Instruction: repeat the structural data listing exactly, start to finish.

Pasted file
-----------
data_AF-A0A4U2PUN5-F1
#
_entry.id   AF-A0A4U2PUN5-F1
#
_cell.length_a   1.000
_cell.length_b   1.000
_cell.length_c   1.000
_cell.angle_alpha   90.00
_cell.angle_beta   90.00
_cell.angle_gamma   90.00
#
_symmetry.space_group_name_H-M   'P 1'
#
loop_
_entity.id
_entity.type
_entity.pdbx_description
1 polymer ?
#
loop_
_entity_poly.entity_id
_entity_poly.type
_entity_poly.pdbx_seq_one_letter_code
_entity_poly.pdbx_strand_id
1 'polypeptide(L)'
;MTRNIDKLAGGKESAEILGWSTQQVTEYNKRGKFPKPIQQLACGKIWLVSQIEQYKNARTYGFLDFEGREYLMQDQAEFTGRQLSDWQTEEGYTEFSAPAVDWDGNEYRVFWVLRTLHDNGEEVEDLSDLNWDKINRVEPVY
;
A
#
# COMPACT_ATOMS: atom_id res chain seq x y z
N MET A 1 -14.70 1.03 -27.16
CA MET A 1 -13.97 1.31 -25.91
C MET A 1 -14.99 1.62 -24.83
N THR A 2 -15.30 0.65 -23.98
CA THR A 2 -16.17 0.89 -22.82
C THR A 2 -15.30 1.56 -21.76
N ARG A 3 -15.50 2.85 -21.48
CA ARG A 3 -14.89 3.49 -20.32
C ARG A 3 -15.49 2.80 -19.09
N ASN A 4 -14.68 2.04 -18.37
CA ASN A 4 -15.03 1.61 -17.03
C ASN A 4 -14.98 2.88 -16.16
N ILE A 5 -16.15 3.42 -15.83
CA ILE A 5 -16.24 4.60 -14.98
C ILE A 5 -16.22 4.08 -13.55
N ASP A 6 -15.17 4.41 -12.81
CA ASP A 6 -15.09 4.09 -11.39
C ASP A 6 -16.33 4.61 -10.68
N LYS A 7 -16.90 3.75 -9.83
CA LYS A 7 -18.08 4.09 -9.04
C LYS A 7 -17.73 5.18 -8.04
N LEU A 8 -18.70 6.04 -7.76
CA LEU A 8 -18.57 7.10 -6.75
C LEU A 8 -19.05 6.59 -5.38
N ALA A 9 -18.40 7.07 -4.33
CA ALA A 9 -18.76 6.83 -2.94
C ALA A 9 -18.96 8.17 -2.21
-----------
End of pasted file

data_AF-A0A4U2PUN5-F1
#
_entry.id   AF-A0A4U2PUN5-F1
#
_cell.length_a   1.000
_cell.length_b   1.000
_cell.length_c   1.000
_cell.angle_alpha   90.00
_cell.angle_beta   90.00
_cell.angle_gamma   90.00
#
_symmetry.space_group_name_H-M   'P 1'
#
loop_
_entity.id
_entity.type
_entity.pdbx_description
1 polymer ?
#
loop_
_entity_poly.entity_id
_entity_poly.type
_entity_poly.pdbx_seq_one_letter_code
_entity_poly.pdbx_strand_id
1 'polypeptide(L)'
;MTRNIDKLAGGKESAEILGWSTQQVTEYNKRGKFPKPIQQLACGKIWLVSQIEQYKNARTYGFLDFEGREYLMQDQAEFTGRQLSDWQTEEGYTEFSAPAVDWDGNEYRVFWVLRTLHDNGEEVEDLSDLNWDKINRVEPVY
;
A
#
# COMPACT_ATOMS: atom_id res chain seq x y z
N MET A 1 -14.70 1.03 -27.16
CA MET A 1 -13.97 1.31 -25.91
C MET A 1 -14.99 1.62 -24.83
N THR A 2 -15.30 0.65 -23.98
CA THR A 2 -16.17 0.89 -22.82
C THR A 2 -15.30 1.56 -21.76
N ARG A 3 -15.50 2.85 -21.48
CA ARG A 3 -14.89 3.49 -20.32
C ARG A 3 -15.49 2.80 -19.09
N ASN A 4 -14.68 2.04 -18.37
CA ASN A 4 -15.03 1.61 -17.03
C ASN A 4 -14.98 2.88 -16.16
N ILE A 5 -16.15 3.42 -15.83
CA ILE A 5 -16.24 4.60 -14.98
C ILE A 5 -16.22 4.08 -13.55
N ASP A 6 -15.17 4.41 -12.81
CA ASP A 6 -15.09 4.09 -11.39
C ASP A 6 -16.33 4.61 -10.68
N LYS A 7 -16.90 3.75 -9.83
CA LYS A 7 -18.08 4.09 -9.04
C LYS A 7 -17.73 5.18 -8.04
N LEU A 8 -18.70 6.04 -7.76
CA LEU A 8 -18.57 7.10 -6.75
C LEU A 8 -19.05 6.59 -5.38
N ALA A 9 -18.40 7.07 -4.33
CA ALA A 9 -18.76 6.83 -2.94
C ALA A 9 -18.96 8.17 -2.21